The chapters will meet amid a surge in interest and new membership in the national group, which received a significant boost from Pittsburgh when DSA candidates Summer Lee and Sara Innamorato won state House Democratic primaries in May.
“We’re kind of central in the Rust Belt, and we’re also a big vibrant chapter that’s been doing work that other chapters are looking it,” said Adam Shuck, a member of the group’s coordinating committee.
The Pittsburgh chapter’s membership has exploded to 800 people since it was fully formed in May 2017, driven by the popularity of Democratic Socialist Bernie Sanders’ 2016 presidential campaign, Shuck said.
The group’s members mounted a get-out-the-vote campaign that helped push Innamorato and Lee to decisive victories over incumbents Dom and Paul Costa in House districts representing parts of Pittsburgh.
“Those were early shock wins for DSA candidates,” said Shuck.
Then Alexandria Ocasio-Cortez won a June primary in New York, defeating establishment Democrat Joe Crowley and attracting national attention. The DSA has grown to 47,000 members nationwide from about 6,000 three years ago.
“Pittsburgh’s involvement in the primaries this year was I think very important,” said Christine Riddiough, a chairwoman of the DSA’s national steering committee. “It’s been one of the chapters that’s been really out there in the electoral arena in a way that we haven’t seen in the DSA in a very long time.”
The Pittsburgh victories underscored the power in traditional campaign activities such as knocking on doors and calling people, which Riddiough said have proven more effective than new strategies based on internet activity and advertising.
Election organizing will be among the topics discussed at the conference, along with sessions titled “Assembly line to bread line: A red history of the Rust Belt,” “Exploring anti-carceral solutions to the Rust Belt Opioid Epidemic,” “A woman’s place is in the struggle” and “Lead paint and tenants’ rights.”
Shuck said the Rust Belt Conference was born at the DSA’s national convention in 2017 in Chicago. He said he organized a meeting of Rust Belt groups at the convention, and they kept in touch through a Google group. They organized the conference through the group, planning to address issues common to post-industrial urban America, rural areas and small- to mid-sized cities.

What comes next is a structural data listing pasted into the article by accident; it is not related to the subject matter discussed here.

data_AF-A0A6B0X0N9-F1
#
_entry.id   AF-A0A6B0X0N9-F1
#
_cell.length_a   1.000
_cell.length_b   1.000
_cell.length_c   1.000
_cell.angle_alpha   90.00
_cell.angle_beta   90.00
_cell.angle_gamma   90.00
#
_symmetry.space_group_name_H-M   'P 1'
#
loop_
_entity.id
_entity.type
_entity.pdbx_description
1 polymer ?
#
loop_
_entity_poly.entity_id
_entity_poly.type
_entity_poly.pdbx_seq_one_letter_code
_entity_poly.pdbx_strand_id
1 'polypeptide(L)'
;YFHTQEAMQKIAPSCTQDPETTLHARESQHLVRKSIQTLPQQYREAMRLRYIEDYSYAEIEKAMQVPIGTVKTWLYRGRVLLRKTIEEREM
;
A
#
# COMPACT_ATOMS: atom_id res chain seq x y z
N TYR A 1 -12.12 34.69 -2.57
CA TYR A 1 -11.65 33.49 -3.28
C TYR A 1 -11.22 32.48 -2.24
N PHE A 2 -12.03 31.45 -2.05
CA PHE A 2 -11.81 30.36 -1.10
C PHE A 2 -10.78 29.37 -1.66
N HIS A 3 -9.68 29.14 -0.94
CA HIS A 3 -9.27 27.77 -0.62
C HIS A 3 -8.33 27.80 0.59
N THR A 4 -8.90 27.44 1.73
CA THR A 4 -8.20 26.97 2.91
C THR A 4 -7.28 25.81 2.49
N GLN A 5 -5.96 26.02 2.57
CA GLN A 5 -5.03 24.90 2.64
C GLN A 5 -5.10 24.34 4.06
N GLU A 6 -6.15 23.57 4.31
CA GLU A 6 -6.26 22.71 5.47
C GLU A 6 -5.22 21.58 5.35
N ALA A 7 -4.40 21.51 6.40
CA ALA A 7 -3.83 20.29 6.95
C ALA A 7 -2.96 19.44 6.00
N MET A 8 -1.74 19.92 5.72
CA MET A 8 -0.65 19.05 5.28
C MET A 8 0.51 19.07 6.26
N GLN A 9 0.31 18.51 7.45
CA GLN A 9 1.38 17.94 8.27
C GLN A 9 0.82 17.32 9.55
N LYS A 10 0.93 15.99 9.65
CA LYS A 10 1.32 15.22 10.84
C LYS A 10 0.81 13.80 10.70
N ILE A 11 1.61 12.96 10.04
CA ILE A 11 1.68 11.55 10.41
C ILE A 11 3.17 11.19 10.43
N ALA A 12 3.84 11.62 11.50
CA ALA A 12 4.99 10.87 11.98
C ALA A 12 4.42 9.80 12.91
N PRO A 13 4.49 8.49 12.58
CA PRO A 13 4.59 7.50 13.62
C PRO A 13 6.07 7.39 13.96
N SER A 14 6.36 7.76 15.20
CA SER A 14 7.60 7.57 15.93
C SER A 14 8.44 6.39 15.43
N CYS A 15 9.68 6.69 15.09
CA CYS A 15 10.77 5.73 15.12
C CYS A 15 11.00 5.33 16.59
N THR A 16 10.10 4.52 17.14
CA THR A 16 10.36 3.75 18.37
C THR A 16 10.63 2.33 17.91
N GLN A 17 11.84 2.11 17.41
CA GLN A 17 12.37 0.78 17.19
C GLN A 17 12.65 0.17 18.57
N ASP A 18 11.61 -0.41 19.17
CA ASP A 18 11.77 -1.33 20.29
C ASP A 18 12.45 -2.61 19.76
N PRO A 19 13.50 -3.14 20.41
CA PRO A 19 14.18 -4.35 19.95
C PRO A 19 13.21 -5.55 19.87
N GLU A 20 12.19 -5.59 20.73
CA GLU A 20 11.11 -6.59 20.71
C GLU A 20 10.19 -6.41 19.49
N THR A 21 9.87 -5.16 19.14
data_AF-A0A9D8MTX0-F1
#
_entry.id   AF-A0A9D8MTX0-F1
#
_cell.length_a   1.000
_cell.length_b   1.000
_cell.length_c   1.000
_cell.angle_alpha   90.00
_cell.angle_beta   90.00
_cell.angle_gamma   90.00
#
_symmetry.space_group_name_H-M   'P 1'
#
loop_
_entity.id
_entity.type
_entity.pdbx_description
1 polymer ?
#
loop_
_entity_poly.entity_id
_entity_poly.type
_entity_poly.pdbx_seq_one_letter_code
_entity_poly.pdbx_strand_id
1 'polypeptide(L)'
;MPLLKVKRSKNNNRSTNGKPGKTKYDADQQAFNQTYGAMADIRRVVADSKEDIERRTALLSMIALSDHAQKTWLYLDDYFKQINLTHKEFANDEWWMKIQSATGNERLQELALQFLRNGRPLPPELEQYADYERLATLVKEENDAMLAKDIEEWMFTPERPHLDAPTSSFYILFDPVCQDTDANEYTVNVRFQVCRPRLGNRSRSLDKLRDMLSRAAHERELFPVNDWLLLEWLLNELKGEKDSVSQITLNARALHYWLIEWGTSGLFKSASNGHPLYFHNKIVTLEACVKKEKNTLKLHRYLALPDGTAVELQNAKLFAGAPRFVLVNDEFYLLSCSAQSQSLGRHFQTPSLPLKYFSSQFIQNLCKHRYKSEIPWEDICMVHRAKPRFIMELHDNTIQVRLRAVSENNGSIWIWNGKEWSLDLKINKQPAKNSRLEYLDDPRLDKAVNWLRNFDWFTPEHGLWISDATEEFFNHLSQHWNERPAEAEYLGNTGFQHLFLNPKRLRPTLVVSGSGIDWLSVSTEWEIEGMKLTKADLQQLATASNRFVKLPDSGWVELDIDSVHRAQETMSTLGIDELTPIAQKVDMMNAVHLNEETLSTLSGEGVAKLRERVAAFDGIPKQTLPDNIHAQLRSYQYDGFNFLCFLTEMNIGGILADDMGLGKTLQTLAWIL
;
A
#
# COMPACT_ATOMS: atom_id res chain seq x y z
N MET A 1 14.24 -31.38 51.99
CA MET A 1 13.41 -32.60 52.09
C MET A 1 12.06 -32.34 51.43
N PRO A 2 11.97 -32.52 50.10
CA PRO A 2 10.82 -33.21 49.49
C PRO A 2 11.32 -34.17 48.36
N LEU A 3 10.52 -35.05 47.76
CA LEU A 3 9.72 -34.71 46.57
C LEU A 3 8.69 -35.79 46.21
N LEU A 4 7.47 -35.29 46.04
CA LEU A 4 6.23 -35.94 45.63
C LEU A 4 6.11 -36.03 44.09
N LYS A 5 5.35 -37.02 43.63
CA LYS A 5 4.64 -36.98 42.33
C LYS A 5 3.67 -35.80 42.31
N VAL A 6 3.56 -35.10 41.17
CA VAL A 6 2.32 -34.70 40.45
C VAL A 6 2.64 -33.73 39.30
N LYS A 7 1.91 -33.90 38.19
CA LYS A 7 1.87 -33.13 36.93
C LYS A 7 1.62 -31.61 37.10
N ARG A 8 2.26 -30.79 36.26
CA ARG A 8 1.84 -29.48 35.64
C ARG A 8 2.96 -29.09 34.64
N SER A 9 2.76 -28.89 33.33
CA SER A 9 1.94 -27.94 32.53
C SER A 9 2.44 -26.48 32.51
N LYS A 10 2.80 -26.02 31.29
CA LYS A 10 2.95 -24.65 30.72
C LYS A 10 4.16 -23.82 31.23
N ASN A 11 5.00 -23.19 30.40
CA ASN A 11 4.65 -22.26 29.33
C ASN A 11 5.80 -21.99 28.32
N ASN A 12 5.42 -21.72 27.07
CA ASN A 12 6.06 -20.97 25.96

They organized a committee to pick where they would hold the conference. Columbus and Pittsburgh submitted applications, and chapters picked Pittsburgh in a vote. Due to space limitations, the chapter had to limit attendance to about 150 people.
The conference, which is not open to the public, will be held at the Johnston Elementary School in Wilkinsburg, where the Pittsburgh chapter recently started leasing space.
The space hosts the groups monthly general meetings, which include potlucks and child care and end with a song. It also hosts many committee meetings, along with regular “gimme a brake (light)” events, in which the group replaces brake lights for free to help people avoid unnecessary police encounters.
Shuck said the conference will spotlight Pittsburgh’s “socialist sprout” program, which provides child care and education on socialist ideas.
Riddiough said the program could be adopted by more chapters to help women be able to participate and to provide education on a subject that receives little attention in schools.
The Pennsylvania GOP has taken note of the DSA’s surge in the state. The party has launched attacks on the Democratic gubernatorial ticket of Tom Wolf and John Fetterman, calling Fetterman’s advocacy for free college, single-payer health care and immigration reform “radical” and “out of touch.”
Innamorato and Lee – who face no Republican challengers – have campaigned on the same issues, along with environmental advocacy, criminal justice reform and other issues. Lee said her advocacy for those issues amounts to “common sense,” rather than ideological zeal.
Democratic Party officials have also taken note. Eileen Kelly, who became chairwoman of the Allegheny County Democratic Committee in a June election, cited the DSA in an interview with WESA , telling the station that the group’s grassroots success shows “the Democratic Socialists are doing what we used to do best.”
Wes Venteicher is a Tribune-Review staff writer.